Differentiation of people, process and structure creates an organizational infrastructure that maximizes efficiency. High levels of differentiation creates specialized roles that allow for development of expertise; institutional rules that drive out deviation; and a tight structure that holds people accountable for playing their role and following the rules. It places a high value on expertise, conformity and loyalty to oneís function.

Differentiation was the organizing principle of the assembly line at the beginning of the Industrial Revolution. A highly differentiated infrastructure breaks work down into focused tasks. People do not need to know why they are doing a task or the predecessor/successor tasks, they only need to do their job.

Differentiation creates a high level of efficiency by getting the right people, doing the right things at the right time. It creates a high degree of stability; nothing changes without permission. It is ideal , for example, for organizations whose goal is to be a high volume, low cost manufacturer. The down side of differentiation is its rigidity and resistance to change that often creates “turf wars” that reduce collaboration across organizational boundaries.

Right the First Time

Highly differentiated infrastructures create the ideal environment for doing things right the first time. Specialization develops experts who are more likely to do things right the first time within their area of specialization. Institutional rules drive out deviation that can lead to mistakes and quality problems. A tight structure creates high levels of control that ensure experts stay within their area of expertise and people are held accountable for conforming to established policies and procedures. In the differentiated infrastructure everything is measurable and everything is managed.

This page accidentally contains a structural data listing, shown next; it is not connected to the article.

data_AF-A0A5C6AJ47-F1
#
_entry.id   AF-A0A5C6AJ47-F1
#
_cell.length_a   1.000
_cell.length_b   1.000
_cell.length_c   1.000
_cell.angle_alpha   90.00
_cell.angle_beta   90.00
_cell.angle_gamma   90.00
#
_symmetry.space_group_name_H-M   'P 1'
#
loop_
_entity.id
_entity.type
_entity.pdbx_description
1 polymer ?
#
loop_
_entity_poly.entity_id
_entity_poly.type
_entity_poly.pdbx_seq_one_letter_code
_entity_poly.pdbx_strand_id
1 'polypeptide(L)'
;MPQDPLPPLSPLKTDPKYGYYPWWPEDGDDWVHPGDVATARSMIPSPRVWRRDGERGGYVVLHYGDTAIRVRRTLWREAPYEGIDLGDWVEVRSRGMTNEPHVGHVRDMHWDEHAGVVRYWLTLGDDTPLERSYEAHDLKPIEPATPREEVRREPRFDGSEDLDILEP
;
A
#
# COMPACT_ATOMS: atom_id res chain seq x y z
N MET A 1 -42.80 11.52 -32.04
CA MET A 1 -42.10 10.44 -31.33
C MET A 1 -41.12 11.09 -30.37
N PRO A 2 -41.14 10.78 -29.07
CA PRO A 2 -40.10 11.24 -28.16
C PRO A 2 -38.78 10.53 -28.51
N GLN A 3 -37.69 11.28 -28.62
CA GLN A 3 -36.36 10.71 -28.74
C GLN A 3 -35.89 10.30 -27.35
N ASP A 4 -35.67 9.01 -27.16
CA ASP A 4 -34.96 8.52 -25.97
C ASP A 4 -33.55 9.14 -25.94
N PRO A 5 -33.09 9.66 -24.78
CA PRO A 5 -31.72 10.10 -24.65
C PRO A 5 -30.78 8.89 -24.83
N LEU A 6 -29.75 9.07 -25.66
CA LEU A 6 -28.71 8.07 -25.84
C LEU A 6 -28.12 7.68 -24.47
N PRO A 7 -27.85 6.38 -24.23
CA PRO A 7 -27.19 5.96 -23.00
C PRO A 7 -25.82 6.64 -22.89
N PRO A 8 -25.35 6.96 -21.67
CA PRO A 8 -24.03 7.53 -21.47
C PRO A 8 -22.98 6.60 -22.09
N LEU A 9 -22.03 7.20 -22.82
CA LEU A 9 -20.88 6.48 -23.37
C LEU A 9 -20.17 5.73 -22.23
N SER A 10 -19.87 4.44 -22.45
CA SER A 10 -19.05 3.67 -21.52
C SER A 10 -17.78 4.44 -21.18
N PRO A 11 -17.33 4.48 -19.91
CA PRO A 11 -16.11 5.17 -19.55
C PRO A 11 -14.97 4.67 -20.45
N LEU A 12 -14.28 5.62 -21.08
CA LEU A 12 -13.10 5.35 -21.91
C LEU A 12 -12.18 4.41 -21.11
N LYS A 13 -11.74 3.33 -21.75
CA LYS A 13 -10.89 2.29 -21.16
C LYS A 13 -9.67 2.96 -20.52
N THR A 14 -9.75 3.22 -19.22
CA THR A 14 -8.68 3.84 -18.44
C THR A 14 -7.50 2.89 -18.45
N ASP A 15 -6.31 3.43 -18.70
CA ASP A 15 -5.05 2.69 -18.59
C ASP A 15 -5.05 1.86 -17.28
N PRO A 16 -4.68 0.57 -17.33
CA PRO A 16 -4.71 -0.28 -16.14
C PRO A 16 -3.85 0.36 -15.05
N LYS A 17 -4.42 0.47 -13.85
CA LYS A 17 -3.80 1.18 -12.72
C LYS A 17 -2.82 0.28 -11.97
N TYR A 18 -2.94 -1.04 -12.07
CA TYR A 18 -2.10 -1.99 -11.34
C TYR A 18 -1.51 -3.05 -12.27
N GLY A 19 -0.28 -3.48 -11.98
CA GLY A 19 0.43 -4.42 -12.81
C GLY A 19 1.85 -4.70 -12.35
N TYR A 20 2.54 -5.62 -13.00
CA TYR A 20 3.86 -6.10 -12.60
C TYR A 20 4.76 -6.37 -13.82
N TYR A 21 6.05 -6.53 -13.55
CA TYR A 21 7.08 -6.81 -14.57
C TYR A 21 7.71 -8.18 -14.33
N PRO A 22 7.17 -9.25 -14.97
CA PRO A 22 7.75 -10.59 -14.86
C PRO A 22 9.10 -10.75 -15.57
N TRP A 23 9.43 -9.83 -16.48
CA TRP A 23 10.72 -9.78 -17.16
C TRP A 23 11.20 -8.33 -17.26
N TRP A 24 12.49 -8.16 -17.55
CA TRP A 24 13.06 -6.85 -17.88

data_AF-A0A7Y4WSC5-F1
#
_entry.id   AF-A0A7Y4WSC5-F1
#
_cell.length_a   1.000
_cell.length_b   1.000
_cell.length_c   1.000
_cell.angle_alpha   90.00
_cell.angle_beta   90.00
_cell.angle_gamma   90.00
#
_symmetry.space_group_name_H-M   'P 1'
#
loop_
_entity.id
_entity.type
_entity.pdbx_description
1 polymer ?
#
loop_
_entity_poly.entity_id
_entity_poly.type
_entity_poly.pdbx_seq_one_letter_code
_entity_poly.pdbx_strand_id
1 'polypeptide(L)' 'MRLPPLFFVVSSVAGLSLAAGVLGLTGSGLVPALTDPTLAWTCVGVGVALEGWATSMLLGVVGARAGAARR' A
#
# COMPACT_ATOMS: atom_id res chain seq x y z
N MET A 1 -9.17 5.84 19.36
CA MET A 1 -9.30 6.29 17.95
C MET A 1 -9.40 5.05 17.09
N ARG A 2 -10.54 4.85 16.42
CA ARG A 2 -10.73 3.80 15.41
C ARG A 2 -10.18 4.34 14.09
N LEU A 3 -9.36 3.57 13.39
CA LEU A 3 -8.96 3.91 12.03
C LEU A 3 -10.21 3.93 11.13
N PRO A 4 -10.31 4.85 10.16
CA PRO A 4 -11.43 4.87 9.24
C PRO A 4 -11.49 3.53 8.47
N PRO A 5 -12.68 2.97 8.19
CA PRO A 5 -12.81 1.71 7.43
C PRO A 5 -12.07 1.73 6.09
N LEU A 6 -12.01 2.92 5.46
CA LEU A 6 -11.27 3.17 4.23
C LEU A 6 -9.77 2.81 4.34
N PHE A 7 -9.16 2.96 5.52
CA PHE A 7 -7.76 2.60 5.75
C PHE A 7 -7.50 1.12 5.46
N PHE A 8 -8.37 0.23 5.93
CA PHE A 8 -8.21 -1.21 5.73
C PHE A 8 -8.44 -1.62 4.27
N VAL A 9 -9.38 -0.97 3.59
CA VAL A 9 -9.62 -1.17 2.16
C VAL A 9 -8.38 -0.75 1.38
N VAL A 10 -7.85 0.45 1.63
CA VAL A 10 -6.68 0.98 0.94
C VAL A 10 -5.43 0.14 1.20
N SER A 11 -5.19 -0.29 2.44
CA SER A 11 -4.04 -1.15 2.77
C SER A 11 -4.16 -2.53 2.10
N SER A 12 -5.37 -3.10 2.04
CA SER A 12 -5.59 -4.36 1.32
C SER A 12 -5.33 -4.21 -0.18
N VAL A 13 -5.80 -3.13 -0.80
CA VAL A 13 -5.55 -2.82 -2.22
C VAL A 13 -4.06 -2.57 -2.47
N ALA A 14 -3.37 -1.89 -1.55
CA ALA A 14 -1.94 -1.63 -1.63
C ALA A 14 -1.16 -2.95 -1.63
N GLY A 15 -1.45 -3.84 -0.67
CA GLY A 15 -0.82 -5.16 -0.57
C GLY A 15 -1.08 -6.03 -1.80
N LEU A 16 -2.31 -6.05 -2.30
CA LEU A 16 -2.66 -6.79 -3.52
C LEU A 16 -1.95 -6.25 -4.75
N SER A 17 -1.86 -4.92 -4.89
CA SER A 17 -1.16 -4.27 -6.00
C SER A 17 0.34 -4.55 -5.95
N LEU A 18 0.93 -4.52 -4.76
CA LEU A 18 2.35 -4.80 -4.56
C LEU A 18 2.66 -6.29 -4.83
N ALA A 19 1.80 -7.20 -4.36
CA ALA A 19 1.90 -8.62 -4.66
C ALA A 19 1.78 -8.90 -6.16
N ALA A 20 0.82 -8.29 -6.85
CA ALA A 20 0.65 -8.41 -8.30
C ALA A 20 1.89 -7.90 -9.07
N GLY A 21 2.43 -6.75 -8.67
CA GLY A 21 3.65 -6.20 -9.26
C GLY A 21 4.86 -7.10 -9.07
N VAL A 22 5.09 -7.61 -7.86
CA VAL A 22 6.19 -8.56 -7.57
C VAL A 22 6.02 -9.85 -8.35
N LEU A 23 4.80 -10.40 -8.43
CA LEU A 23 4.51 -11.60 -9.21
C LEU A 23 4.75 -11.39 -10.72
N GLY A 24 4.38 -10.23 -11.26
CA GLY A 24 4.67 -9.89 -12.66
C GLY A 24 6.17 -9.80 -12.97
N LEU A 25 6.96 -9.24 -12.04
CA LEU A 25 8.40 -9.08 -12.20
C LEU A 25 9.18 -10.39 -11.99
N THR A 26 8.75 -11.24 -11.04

Bureaucracy

When pushed to its extreme the differentiated infrastructure creates rigid and bloated bureaucracies. If people know what their job is, they also know what their job is not. In a bureaucracy anything that is not somebodyís job does not get done until a new job is created and a new person hired — driving up headcount as increased specialization creates more and more jobs.

Institutional rules create a great deal of red tape; there is a policy, procedure and rule for everything. Productivity is reduced as people spend more time looking things up in the rule book and in meetings interpreting and arguing over the rules. The tight structure results in employees telling the boss what the boss wants to hear. This dramatically distorts communications to the point where doing the right thing for oneís function takes priority over doing the right thing for the business. This results in the organization's increasingly doing the wrong things for the business, right the first time.

Low Risk

Differentiation reduces risk for the organization. Specialization and institutional rules reduce the risk of individuals and organizations making mistakes, or making the same mistakes over and over. A tight and controlling structure reduces the risk of people operating outside of their area of expertise or not following the rules. Clear roles, clear rules and high levels of accountability reduce the risk of things going wrong or management being surprised.